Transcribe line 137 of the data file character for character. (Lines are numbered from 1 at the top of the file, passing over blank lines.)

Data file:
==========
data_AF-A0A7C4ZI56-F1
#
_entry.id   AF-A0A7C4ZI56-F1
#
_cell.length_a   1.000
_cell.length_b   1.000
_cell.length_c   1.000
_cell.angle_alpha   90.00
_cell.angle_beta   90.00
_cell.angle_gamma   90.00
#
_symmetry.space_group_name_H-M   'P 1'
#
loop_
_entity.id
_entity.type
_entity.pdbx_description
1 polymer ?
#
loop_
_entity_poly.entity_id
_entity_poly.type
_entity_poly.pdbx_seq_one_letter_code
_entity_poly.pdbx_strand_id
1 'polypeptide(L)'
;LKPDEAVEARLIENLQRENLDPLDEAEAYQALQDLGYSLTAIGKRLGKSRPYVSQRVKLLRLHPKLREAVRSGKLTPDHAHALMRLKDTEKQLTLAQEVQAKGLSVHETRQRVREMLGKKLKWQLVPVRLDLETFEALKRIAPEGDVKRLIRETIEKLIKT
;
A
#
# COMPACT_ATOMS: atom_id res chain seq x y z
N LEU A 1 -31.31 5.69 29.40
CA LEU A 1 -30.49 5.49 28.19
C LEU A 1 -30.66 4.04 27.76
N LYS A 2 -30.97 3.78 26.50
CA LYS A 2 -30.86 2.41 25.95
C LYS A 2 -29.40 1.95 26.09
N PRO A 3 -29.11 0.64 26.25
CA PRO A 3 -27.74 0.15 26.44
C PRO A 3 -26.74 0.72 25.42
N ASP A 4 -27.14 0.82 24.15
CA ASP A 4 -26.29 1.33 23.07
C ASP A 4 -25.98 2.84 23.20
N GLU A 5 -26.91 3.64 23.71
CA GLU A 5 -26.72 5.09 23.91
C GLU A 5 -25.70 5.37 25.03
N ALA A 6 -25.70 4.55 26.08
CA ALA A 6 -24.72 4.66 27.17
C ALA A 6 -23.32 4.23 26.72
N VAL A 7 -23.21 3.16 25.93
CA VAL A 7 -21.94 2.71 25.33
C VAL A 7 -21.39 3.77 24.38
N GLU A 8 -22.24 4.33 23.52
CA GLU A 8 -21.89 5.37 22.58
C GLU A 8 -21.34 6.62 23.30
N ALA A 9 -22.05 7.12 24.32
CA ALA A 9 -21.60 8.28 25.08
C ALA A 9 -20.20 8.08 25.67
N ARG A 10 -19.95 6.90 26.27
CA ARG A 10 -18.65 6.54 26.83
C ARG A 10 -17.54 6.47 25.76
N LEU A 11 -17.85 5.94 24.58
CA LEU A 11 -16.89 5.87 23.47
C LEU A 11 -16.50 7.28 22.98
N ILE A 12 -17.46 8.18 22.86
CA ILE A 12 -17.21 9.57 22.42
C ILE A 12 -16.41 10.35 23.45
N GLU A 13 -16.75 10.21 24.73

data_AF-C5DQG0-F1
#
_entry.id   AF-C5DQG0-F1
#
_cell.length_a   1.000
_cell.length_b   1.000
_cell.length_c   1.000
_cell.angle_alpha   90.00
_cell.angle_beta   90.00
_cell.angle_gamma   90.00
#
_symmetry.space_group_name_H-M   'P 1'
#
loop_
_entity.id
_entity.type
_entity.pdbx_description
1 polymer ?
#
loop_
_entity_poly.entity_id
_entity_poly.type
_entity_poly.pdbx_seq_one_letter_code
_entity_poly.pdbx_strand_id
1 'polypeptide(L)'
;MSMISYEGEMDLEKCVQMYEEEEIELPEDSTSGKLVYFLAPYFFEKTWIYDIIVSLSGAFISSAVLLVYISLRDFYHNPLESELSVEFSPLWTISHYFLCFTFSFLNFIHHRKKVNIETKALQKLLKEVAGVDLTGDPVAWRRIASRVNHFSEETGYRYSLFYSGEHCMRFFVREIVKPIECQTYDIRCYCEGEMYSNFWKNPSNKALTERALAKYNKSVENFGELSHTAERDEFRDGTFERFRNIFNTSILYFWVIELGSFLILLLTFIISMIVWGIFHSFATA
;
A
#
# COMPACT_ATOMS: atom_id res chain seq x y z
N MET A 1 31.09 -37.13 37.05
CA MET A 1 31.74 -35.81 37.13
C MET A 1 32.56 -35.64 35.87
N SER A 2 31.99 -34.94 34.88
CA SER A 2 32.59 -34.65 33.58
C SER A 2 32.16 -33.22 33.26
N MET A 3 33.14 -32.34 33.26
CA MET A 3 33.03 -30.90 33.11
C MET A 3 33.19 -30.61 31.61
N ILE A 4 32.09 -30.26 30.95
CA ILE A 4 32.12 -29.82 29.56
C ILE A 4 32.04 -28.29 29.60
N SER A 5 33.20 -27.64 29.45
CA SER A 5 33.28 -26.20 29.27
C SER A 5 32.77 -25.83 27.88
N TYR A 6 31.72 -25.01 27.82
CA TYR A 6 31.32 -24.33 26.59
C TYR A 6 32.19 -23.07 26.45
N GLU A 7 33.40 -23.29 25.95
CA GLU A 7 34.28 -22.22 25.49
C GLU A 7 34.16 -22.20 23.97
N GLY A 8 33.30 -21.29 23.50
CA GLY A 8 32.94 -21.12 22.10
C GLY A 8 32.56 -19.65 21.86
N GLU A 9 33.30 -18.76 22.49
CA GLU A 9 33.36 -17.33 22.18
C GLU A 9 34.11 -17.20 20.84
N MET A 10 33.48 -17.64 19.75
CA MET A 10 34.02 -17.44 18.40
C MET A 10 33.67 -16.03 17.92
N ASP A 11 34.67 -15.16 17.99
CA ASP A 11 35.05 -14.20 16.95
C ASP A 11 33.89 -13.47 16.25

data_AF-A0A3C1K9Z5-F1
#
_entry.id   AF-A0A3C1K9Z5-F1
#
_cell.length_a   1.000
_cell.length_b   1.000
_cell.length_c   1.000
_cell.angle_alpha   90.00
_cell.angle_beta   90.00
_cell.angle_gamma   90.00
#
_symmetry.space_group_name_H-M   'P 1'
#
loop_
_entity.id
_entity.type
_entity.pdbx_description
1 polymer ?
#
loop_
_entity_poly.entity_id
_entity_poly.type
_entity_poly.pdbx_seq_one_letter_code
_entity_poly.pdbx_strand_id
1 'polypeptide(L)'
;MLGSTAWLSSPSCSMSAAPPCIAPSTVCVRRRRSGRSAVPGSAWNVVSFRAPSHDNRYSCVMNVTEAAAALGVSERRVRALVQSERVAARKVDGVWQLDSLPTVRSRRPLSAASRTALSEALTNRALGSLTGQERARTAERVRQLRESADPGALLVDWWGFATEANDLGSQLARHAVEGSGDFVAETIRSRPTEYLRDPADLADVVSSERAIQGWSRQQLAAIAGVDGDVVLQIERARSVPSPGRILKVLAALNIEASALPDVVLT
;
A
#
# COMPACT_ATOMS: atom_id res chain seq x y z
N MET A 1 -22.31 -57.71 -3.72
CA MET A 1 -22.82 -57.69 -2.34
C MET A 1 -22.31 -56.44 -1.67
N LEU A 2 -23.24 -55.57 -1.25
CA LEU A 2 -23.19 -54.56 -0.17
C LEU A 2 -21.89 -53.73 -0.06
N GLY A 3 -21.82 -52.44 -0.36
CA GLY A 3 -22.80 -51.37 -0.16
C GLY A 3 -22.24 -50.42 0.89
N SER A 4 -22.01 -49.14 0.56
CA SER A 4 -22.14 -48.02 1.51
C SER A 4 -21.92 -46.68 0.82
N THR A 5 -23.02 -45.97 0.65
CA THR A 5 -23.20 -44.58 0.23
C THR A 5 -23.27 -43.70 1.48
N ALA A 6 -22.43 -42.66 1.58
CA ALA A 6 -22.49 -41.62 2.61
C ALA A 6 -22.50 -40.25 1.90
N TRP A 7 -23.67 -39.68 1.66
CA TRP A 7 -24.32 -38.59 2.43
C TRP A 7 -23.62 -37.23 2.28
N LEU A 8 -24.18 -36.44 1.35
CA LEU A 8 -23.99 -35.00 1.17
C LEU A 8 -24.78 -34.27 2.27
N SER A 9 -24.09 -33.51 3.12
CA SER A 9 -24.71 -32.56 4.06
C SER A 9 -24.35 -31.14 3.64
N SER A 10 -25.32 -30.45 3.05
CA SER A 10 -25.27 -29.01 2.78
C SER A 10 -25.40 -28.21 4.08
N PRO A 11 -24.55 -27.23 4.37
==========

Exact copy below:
_cell.length_c   1.000